R users have been enjoying the benefits of
SQL query generators for quite some time, most notably using the
dbplyr package. I would like to talk about some features of our own
rquery query generator, concentrating on derived result re-use.
R package and training materials we emphasize the record-oriented thinking and how to design a transform control table. We now have an additional exciting new feature: control table keys.
The user can now control which columns of a
cdata control table are the keys, including now using composite keys (that is keys that are spread across more than one column). This is easiest to demonstrate with an example.
Composing functions and sequencing operations are core programming concepts.
Some notable realizations of sequencing or pipelining operations include:
- CMS Pipelines.
F#‘s forward pipe operator
- Haskel’s Data.Function
The idea is: many important calculations can be considered as a sequence of transforms applied to a data set. Each step may be a function taking many arguments. It is often the case that only one of each function’s arguments is primary, and the rest are parameters. For data science applications this is particularly common, so having convenient pipeline notation can be a plus. An example of a non-trivial data processing pipeline can be found here.
One of the design goals of the
R package is that very powerful and arbitrary record transforms should be convenient and take only one or two steps. In fact it is the goal to take just about any record shape to any other in two steps: first convert to row-records, then re-block the data into arbitrary record shapes (please see here and here for the concepts).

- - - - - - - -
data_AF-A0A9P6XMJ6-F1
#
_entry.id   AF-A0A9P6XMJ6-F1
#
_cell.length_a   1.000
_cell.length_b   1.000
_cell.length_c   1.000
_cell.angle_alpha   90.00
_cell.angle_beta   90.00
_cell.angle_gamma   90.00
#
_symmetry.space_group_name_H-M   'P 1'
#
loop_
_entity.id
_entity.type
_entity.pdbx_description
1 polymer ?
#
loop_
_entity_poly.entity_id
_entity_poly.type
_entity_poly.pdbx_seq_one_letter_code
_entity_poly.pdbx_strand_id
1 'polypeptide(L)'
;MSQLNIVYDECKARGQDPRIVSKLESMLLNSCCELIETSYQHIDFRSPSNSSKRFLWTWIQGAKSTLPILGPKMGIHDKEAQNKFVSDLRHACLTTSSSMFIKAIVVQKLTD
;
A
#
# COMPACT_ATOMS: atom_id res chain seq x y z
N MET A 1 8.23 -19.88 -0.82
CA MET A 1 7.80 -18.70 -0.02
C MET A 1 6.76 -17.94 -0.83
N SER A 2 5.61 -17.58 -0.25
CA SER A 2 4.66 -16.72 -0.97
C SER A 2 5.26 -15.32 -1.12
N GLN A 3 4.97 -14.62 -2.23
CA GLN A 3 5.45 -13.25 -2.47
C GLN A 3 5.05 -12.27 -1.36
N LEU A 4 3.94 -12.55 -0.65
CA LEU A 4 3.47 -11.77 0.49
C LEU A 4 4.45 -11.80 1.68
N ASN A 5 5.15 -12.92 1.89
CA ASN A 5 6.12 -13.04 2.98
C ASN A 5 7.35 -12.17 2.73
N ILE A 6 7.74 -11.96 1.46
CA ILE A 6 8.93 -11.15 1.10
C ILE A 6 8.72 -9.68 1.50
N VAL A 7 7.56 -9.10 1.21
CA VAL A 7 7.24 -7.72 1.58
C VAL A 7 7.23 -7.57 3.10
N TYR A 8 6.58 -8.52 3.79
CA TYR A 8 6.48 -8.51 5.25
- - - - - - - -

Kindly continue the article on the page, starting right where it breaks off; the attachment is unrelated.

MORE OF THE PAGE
But as with all general ideas, it is much easier to see what we mean by the above with a concrete example.
RcppDynProg is a new
R package that implements simple, but powerful, table-based dynamic programming. This package can be used to optimally solve the minimum cost partition into intervals problem (described below) and is useful in building piecewise estimates of functions (shown in this note).
vtreat‘s purpose is to produce pure numeric
data.frames that are ready for supervised predictive modeling (predicting a value from other values). By ready we mean: a purely numeric data frame with no missing values and a reasonable number of columns (missing-values re-encoded with indicators, and high-degree categorical re-encode by effects codes or impact codes).
In this note we will discuss a small aspect of the
vtreat package: variable screening.
R are popular, the most popular one being
magrittr as used by
This note will discuss the advanced re-usable piping systems:
rqdatatable operator trees and
wrapr function object pipelines. In each case we have a set of objects designed to extract extra power from the
wrapr dot-arrow pipe
Reusable modeling pipelines are a practical idea that gets re-developed many times in many contexts.
wrapr supplies a particularly powerful pipeline notation, and a pipe-stage re-use system (notes here). We will demonstrate this with the
vtreat data preparation system.
Let’s take a quick look at a very important and common experimental problem: checking if the difference in success rates of two Binomial experiments is statistically significant. This can arise in A/B testing situations such as online advertising, sales, and manufacturing.
We already share a free video course on a Bayesian treatment of planning and evaluating A/B tests (including a free Shiny application). Let’s now take a look at the should be simple task of simply building a summary statistic that includes a classic frequentist significance.